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Title: Dynamic modelling and control of a flexible manoeuvring system
Author: Aldbrez, Fareg Mohamed
ISNI:       0000 0001 3410 3049
Awarding Body: University of Sheffield
Current Institution: University of Sheffield
Date of Award: 2007
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In this research a twin rotor multi-input multi-output system (TRMS), which is a laboratory platform with 2 degrees of freedom (DOF) is considered. Although, the TRMS does not fly, it has a striking similarity with a helicopter, such as system nonlinearities and cross-coupled modes. Therefore, the TRMS can be perceived as an unconventional and complex "air vehicle" that poses formidable challenges in modelling, control design and analysis, and implementation. These issues constitute the scope of this research. Linear and nonlinear models for the vertical movement of the TRMS are obtained via system identification techniques using black-box modelling. The approach yields input-output models without a priori defined model structure or specific parameter settings reflecting any physical attributes of the system. Firstly, linear parametric models, characterising the TRMS in its hovering operation mode, are obtained using the potential of recursive least squares (RLS) estimation and genetic algorithms (GAs). Further, a nonlinear model using multi-layer perceptron (MLP) neural networks (NNs) is obtained. Such a high fidelity nonlinear model is often required for nonlinear system simulation studies and is commonly employed in the aerospace industry. Both time and frequency domain analyses are utilised to investigate and develop confidence in the models obtained. The frequency domain verification method is a useful tool in the validation of extracted parametric models. It allows high-fidelity verification of dynamic characteristics over a frequency range of interest. The resulting models are utilized in designing controllers for low frequency vibration suppression, development of suitable feedback control laws for set-point tracking, and design of augmented feedforward and feedback control schemes for both vibration suppression and set-point tracking performance. The modelling approaches presented here are shown to be suitable for modelling complex new generation air vehicles, whose flight mechanics are not well understood. Modelling of the TRMS revealed the presence of resonance modes, which are responsible for inducing unwanted vibrations in the system. Command shaping 11 control strategies are developed to reduce motion and uneven mass induced vibrations, produced by the main rotor during the vertical movement around the lateral axis of the TRMS rig. 2-impulse, 3-impulse and 4-impulse sequence input shapers and Iow-pass and band-stop digital filters are developed to shape the command signals such that the resonance modes are not overly excited. The effectiveness of this concept is then demonstrated in both simulation and real-time experimental environments in terms of level of vibration reduction using power spectral density profiles of the system response. Combinations of intelligent and conventional techniques are commonly used the control of complex dynamic systems. Such hybrid schemes have proved to be efficient and can overcome the deficiencies of conventional and intelligent controllers alone. The current study is confined to the development of two forms of hybrid control schemes that combine fuzzy control and conventional PID compensator for input tracking performance. The two hybrid control strategies comprising conventional PO control plus PlO compensator and PO-type fuzzy control plus PlO compensator are developed and implemented for set-point tracking control of the vertical movement of the TRMS rig. It is observed that the hybrid control schemes are superior to other feedback control strategies namely, PlO compensator, pure PO-type and PI-type fuzzy controllers in terms of time domain system behaviour. This research also witnesses investigations into the development of an augmented feedforward and feedback control scheme (AFFCS) for the control of rigid body motion and vibration suppression of the TRMS. The main goal of this framework is to satisfy performance objectives in terms of robust command tracking, fast system response and minimum residual vibration. The developed control strategies have been designed and implemented within both simulation and real-time environments of the TRMS rig. The employed control strategies are shown to demonstrate acceptable performances. The obtained results show that much improved tracking is achieved on positive and negative cycles of the reference signal, as compared to that without any control action. The system performance with the feedback controller is significantly improved when the feedforward control component is added. This leads to the conclusion that augmenting feedback control with feedforward method can lead to more practical and accurate control of flexible systems such as the TRMS.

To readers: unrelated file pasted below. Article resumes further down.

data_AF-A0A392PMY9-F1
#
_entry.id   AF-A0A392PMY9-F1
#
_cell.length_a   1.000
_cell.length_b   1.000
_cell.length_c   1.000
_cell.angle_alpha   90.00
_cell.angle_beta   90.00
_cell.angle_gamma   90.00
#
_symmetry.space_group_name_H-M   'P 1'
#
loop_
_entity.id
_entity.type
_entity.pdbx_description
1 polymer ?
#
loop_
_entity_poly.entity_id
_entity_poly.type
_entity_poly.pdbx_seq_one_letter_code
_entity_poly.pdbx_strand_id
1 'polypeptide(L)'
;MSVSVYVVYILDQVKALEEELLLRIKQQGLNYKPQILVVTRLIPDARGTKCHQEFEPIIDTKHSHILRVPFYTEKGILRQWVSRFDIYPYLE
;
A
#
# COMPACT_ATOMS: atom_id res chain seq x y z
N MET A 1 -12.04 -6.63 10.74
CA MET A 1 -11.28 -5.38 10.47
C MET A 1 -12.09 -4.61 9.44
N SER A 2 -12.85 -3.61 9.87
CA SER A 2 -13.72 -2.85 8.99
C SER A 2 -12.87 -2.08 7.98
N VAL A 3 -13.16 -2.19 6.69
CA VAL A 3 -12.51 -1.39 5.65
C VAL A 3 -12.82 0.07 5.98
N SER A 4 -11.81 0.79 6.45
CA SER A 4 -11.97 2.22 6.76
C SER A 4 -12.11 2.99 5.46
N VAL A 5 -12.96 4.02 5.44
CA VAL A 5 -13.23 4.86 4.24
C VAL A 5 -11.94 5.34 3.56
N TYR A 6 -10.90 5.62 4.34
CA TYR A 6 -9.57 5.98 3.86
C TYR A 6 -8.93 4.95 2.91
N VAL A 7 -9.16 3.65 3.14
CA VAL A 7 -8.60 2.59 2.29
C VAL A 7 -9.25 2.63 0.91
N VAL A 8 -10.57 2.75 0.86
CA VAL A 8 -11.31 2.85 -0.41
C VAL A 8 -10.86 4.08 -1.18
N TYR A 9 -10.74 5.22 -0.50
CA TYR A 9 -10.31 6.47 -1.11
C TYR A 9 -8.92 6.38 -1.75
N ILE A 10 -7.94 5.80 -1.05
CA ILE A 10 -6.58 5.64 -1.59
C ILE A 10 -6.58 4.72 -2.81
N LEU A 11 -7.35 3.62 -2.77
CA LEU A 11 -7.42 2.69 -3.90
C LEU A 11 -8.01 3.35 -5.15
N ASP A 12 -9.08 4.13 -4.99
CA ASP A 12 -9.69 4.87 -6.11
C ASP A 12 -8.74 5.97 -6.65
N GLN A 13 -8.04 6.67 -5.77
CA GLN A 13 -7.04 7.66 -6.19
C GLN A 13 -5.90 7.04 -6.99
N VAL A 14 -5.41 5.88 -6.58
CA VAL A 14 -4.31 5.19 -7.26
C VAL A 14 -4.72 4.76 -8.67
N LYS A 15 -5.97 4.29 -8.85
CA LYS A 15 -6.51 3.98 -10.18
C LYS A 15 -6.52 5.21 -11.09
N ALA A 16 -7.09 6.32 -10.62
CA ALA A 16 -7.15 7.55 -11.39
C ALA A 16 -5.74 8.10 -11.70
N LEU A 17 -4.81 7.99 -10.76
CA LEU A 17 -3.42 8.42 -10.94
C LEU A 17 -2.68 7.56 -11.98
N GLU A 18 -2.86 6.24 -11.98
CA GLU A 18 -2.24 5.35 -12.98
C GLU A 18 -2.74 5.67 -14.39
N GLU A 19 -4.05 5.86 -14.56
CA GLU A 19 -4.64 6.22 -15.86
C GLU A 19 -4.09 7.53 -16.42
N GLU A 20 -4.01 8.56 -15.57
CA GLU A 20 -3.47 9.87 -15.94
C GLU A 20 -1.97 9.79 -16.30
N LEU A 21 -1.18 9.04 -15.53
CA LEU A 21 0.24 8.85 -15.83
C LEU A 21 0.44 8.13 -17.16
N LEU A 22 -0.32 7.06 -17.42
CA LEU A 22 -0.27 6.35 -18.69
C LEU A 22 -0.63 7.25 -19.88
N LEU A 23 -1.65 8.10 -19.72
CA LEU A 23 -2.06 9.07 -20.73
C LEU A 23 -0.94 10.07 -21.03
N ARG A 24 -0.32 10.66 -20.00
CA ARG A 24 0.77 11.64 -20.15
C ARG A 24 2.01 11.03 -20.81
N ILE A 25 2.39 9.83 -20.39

Supervisor: Not available Sponsor: Not available
Qualification Name: Thesis (Ph.D.) Qualification Level: Doctoral
EThOS ID:  DOI: Not available